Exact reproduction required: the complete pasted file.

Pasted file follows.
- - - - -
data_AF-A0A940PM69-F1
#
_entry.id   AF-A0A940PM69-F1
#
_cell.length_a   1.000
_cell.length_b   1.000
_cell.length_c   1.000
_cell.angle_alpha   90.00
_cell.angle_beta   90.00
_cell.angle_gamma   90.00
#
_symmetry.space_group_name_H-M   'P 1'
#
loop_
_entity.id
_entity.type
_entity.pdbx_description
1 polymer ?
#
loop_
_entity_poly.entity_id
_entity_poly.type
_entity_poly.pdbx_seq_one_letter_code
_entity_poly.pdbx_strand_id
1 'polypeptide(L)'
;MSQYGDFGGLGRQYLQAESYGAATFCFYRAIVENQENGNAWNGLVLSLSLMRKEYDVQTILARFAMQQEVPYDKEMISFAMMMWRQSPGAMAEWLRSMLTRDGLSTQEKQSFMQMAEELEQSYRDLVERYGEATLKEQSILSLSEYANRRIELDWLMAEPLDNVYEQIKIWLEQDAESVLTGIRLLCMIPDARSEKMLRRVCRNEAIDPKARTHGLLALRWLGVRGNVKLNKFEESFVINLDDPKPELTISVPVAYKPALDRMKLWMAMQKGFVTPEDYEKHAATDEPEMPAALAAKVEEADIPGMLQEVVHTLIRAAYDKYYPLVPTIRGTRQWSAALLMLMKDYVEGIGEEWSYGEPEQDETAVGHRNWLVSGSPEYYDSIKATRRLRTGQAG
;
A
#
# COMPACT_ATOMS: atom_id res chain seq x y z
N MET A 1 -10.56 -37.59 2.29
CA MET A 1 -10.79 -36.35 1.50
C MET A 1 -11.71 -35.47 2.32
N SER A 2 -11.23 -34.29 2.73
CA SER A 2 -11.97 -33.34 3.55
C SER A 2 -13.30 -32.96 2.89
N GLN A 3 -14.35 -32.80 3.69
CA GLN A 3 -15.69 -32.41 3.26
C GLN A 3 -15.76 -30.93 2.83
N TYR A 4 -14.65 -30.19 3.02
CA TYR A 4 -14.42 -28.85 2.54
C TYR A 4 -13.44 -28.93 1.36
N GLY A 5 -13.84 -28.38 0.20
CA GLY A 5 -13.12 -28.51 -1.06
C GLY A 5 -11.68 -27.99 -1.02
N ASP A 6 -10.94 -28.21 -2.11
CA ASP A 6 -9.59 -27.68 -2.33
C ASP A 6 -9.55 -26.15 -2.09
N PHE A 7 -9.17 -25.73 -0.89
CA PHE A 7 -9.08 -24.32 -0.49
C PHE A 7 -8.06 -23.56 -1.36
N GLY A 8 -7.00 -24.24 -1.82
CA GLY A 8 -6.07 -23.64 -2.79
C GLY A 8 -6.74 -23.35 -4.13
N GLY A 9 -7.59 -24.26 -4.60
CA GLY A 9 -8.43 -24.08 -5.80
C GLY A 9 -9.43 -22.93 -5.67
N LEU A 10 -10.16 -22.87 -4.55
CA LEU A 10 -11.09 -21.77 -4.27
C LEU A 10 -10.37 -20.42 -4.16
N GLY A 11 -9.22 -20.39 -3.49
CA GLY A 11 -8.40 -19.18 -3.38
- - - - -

data_AF-A0A940PM69-F1
#
_entry.id   AF-A0A940PM69-F1
#
_cell.length_a   1.000
_cell.length_b   1.000
_cell.length_c   1.000
_cell.angle_alpha   90.00
_cell.angle_beta   90.00
_cell.angle_gamma   90.00
#
_symmetry.space_group_name_H-M   'P 1'
#
loop_
_entity.id
_entity.type
_entity.pdbx_description
1 polymer ?
#
loop_
_entity_poly.entity_id
_entity_poly.type
_entity_poly.pdbx_seq_one_letter_code
_entity_poly.pdbx_strand_id
1 'polypeptide(L)'
;MSQYGDFGGLGRQYLQAESYGAATFCFYRAIVENQENGNAWNGLVLSLSLMRKEYDVQTILARFAMQQEVPYDKEMISFAMMMWRQSPGAMAEWLRSMLTRDGLSTQEKQSFMQMAEELEQSYRDLVERYGEATLKEQSILSLSEYANRRIELDWLMAEPLDNVYEQIKIWLEQDAESVLTGIRLLCMIPDARSEKMLRRVCRNEAIDPKARTHGLLALRWLGVRGNVKLNKFEESFVINLDDPKPELTISVPVAYKPALDRMKLWMAMQKGFVTPEDYEKHAATDEPEMPAALAAKVEEADIPGMLQEVVHTLIRAAYDKYYPLVPTIRGTRQWSAALLMLMKDYVEGIGEEWSYGEPEQDETAVGHRNWLVSGSPEYYDSIKATRRLRTGQAG
;
A
#
# COMPACT_ATOMS: atom_id res chain seq x y z
N MET A 1 -10.56 -37.59 2.29
CA MET A 1 -10.79 -36.35 1.50
C MET A 1 -11.71 -35.47 2.32
N SER A 2 -11.23 -34.29 2.73
CA SER A 2 -11.97 -33.34 3.55
C SER A 2 -13.30 -32.96 2.89
N GLN A 3 -14.35 -32.80 3.69
CA GLN A 3 -15.69 -32.41 3.26
C GLN A 3 -15.76 -30.93 2.83
N TYR A 4 -14.65 -30.19 3.02
CA TYR A 4 -14.42 -28.85 2.54
C TYR A 4 -13.44 -28.93 1.36
N GLY A 5 -13.84 -28.38 0.20
CA GLY A 5 -13.12 -28.51 -1.06
C GLY A 5 -11.68 -27.99 -1.02
N ASP A 6 -10.94 -28.21 -2.11
CA ASP A 6 -9.59 -27.68 -2.33
C ASP A 6 -9.55 -26.15 -2.09
N PHE A 7 -9.17 -25.73 -0.89
CA PHE A 7 -9.08 -24.32 -0.49
C PHE A 7 -8.06 -23.56 -1.36
N GLY A 8 -7.00 -24.24 -1.82
CA GLY A 8 -6.07 -23.64 -2.79
C GLY A 8 -6.74 -23.35 -4.13
N GLY A 9 -7.59 -24.26 -4.60
CA GLY A 9 -8.43 -24.08 -5.80
C GLY A 9 -9.43 -22.93 -5.67
N LEU A 10 -10.16 -22.87 -4.55
CA LEU A 10 -11.09 -21.77 -4.27
C LEU A 10 -10.37 -20.42 -4.16
N GLY A 11 -9.22 -20.39 -3.49
CA GLY A 11 -8.40 -19.18 -3.38